How to be black in America was the challenge for spirited young men of colour who found their way to Harlem in the troubled years of the 1940s, when music, poetry, dance and art were giving way to drink, drugs, street crime and sex for money. Malcolm Little’s first impulse was to cut loose in the big city where he found himself soon after his 17th birthday in 1942. For a time he worked at Small’s Paradise, Harlem’s famous nightclub near the corner of 135th Street and Seventh Avenue. He had recently been fired as fourth cook on a Boston-to-Washington dining car, and had yet to learn to want anything more than a good time. On any morning that summer, Little might have brushed shoulders with the slender, watchful Ralph Ellison, passing through the Harlem YMCA, where Little roomed for a time only a block away from Small’s. Ellison was preparing himself to write the great black American novel, and he later set an important scene in the Harlem YMCA, which offered a bed and clean sheets to ambitious young black men seeking their destiny in New York. Ellison had been just that sort of man when he arrived in the mid-1930s, sent into the world by black clergymen and educators in Oklahoma who preached the American gospel of opportunity. But Ellison soon noted the reality in ‘the bright, buzzing lobby’ of the YMCA. The annual crop of bright-eyed valedictorians from high schools named after Abraham Lincoln faded year by year into greying black men in threadbare suits, carrying umbrellas and bowler hats, wearing coats with Chesterfield collars, speaking expansively of ‘business’ and ‘finance’, with the Wall Street Journal tucked under an elbow. None of them owned anything. The YMCA lobby was their sole arena of operations. ‘I knew that I could live there no longer,’ says the nameless narrator who provides the title for Invisible Man, Ellison’s only completed novel. ‘That phase of my life was past.’
It was the pretence of the YMCA regulars that saddened and disgusted Ellison. They might dress as bankers and brokers, and talk of points and spreads, but they were lucky to have steady work as janitors or messengers. Ellison’s dream was of a different kind. His friends included the black novelist Richard Wright and critics like Kenneth Burke and Stanley Edgar Hyman; his heroes were Joyce and Eliot; he studied The Golden Bough for the mythical themes he hoped would make his novel immortal. Ellison aspired mightily and he dressed the part as he imagined it: Man of Letters, with carefully knotted tie, dark suit in all seasons, white handkerchief peeping from breast pocket, shoes brightly shined, a pencil-thin moustache. In the last year of the war Ellison would acquire a Scottish terrier, soon joined by a second. Thus he strolled Harlem’s streets with his dogs and his dreams, as extravagantly unlikely as any YMCA titan of finance.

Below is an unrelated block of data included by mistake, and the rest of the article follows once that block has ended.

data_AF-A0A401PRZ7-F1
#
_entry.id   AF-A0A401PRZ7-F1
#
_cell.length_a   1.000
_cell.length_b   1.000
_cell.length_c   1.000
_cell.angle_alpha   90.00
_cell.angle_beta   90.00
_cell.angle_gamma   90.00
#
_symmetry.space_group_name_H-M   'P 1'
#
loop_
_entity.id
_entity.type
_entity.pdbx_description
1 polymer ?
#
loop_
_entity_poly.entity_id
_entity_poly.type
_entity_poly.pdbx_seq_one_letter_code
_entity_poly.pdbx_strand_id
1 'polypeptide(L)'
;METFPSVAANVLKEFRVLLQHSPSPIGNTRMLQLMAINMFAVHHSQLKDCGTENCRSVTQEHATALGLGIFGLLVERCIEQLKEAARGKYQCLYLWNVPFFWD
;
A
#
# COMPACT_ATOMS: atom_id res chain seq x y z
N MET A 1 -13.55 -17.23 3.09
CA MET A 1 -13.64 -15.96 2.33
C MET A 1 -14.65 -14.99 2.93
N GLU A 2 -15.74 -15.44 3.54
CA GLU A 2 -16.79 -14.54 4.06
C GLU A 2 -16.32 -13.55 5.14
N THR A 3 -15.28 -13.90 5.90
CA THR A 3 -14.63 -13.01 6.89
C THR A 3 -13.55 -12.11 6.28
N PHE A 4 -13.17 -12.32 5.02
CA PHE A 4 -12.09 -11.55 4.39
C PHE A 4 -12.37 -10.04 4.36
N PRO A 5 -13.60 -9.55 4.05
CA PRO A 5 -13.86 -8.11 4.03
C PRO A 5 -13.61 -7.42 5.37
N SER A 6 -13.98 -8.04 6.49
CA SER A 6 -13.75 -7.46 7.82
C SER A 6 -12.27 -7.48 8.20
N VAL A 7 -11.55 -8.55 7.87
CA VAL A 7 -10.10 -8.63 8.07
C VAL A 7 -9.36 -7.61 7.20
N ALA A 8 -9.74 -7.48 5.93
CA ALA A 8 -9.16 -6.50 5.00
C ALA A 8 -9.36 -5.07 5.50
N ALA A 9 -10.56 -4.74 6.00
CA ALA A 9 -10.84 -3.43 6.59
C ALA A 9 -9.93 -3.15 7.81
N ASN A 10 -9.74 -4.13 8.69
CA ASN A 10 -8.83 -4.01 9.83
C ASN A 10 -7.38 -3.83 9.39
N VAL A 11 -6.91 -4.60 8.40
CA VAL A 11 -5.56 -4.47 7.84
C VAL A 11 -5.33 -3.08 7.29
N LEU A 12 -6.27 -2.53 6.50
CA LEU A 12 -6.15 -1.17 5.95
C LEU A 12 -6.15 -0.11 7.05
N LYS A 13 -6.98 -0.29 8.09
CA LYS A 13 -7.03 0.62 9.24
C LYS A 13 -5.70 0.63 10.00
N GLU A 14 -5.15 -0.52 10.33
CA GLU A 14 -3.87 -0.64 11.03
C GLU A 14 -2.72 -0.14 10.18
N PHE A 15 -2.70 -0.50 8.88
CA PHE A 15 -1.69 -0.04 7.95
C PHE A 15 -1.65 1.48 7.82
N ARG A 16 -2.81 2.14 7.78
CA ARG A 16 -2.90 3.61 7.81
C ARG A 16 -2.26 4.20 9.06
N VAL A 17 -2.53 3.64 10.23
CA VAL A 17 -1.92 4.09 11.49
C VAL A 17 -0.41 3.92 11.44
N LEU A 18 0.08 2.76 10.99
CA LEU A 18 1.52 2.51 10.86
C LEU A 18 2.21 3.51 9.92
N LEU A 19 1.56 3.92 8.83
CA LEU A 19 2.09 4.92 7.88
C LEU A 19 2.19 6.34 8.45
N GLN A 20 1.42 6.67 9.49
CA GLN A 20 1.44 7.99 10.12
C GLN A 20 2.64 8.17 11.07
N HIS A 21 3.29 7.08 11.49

The young Malcolm Little also devoted thought and money to the way a man ought to appear on the streets of Harlem. First to go was his kinky red hair, straightened with a homemade goo called ‘congolene’. His friend Shorty Jarvis guided him through the painful process the first time. The necessary ingredients included two eggs, two potatoes, a jar of Vaseline and a bar of soap, combs with fine and coarse teeth, a rubber apron and a hose with a spray-head, rubber gloves, and a can of Red Devil lye. Shorty mixed the potatoes, thinly sliced, with the lye in a jar, then handed it to Little, who yelped and snatched his hand away. ‘Damn right, it’s hot,’ Shorty said. Vaseline was spread liberally over Little’s head, neck and ears before the searing congolene was combed in. ‘My head caught fire,’ Little told Alex Haley 20 years later when they were working on The Autobiography of Malcolm X, at least half of which deserves to be ranked with the autobiography of Benjamin Franklin. ‘My eyes watered, my nose was running,’ Little said. ‘I bolted to the washbasin … cursing Shorty.’
‘The first time’s always worst,’ Shorty told him. ‘You took it real good, homeboy. You got a good conk.’ A good conk was a thick carapace of glistening, straightened hair as sleek as the hood of a new car. ‘After the lifetime of kinks,’ Little told Haley, he was staggered by the transformation he saw in the mirror. ‘I vowed that I’d never again be without a conk, and I never was for many years.’
With a conk, appropriate attire was a zoot suit: ‘sky blue pants 30 inches in the knee and angle-narrowed down to 12 inches at the bottom, and a long coat that pinched my waist and flared out below my knees’. The right stance was feet apart, knees together, and ‘both index fingers jabbed toward the floor’. Add a blue hat with a feather and four-inch brim, a heavy watch chain that ‘swung down lower than my coat hem’, and the boy from Lansing, Michigan, an inch or two over six feet, was ready to take up the hustling life in Harlem as ‘Detroit Red’. By the time Ellison joined the Merchant Marine as a cook in 1943, Detroit Red was a fixture on the street – selling reefers, procuring black women for downtown whites, refilling famous-brand whisky bottles with bootleg liquor, fencing stolen goods, running numbers, carrying a pistol in the small of his back where he hoped it would escape notice in a police pat down. ‘I don’t know,’ he told Haley, ‘how I am alive to tell it today.’